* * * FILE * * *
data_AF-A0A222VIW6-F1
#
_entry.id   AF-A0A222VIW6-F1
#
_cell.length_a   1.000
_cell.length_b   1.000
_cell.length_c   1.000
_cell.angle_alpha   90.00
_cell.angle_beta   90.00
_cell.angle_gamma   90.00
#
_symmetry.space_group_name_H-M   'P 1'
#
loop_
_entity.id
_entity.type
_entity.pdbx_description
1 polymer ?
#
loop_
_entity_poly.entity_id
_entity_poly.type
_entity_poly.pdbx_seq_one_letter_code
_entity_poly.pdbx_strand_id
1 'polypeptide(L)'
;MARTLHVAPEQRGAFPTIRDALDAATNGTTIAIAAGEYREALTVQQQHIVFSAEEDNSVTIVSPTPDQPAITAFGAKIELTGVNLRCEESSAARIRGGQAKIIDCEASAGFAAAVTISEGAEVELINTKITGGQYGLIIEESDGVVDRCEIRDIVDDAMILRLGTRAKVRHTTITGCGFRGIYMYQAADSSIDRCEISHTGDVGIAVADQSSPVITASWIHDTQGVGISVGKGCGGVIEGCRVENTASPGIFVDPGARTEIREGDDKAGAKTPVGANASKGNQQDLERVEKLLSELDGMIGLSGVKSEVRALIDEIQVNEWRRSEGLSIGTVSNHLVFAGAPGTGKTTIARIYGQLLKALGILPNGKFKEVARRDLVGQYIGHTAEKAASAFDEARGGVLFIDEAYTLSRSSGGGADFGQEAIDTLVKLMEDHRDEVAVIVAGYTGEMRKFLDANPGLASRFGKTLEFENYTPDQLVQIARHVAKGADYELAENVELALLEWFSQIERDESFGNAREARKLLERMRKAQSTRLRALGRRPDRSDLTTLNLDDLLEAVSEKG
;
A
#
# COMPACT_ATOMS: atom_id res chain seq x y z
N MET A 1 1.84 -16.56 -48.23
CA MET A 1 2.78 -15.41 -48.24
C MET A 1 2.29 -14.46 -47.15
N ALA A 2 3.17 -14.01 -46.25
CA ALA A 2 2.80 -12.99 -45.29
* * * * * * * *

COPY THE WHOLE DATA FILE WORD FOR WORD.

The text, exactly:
data_AF-A0A222VIW6-F1
#
_entry.id   AF-A0A222VIW6-F1
#
_cell.length_a   1.000
_cell.length_b   1.000
_cell.length_c   1.000
_cell.angle_alpha   90.00
_cell.angle_beta   90.00
_cell.angle_gamma   90.00
#
_symmetry.space_group_name_H-M   'P 1'
#
loop_
_entity.id
_entity.type
_entity.pdbx_description
1 polymer ?
#
loop_
_entity_poly.entity_id
_entity_poly.type
_entity_poly.pdbx_seq_one_letter_code
_entity_poly.pdbx_strand_id
1 'polypeptide(L)'
;MARTLHVAPEQRGAFPTIRDALDAATNGTTIAIAAGEYREALTVQQQHIVFSAEEDNSVTIVSPTPDQPAITAFGAKIELTGVNLRCEESSAARIRGGQAKIIDCEASAGFAAAVTISEGAEVELINTKITGGQYGLIIEESDGVVDRCEIRDIVDDAMILRLGTRAKVRHTTITGCGFRGIYMYQAADSSIDRCEISHTGDVGIAVADQSSPVITASWIHDTQGVGISVGKGCGGVIEGCRVENTASPGIFVDPGARTEIREGDDKAGAKTPVGANASKGNQQDLERVEKLLSELDGMIGLSGVKSEVRALIDEIQVNEWRRSEGLSIGTVSNHLVFAGAPGTGKTTIARIYGQLLKALGILPNGKFKEVARRDLVGQYIGHTAEKAASAFDEARGGVLFIDEAYTLSRSSGGGADFGQEAIDTLVKLMEDHRDEVAVIVAGYTGEMRKFLDANPGLASRFGKTLEFENYTPDQLVQIARHVAKGADYELAENVELALLEWFSQIERDESFGNAREARKLLERMRKAQSTRLRALGRRPDRSDLTTLNLDDLLEAVSEKG
;
A
#
# COMPACT_ATOMS: atom_id res chain seq x y z
N MET A 1 1.84 -16.56 -48.23
CA MET A 1 2.78 -15.41 -48.24
C MET A 1 2.29 -14.46 -47.15
N ALA A 2 3.17 -14.01 -46.25
CA ALA A 2 2.80 -12.99 -45.29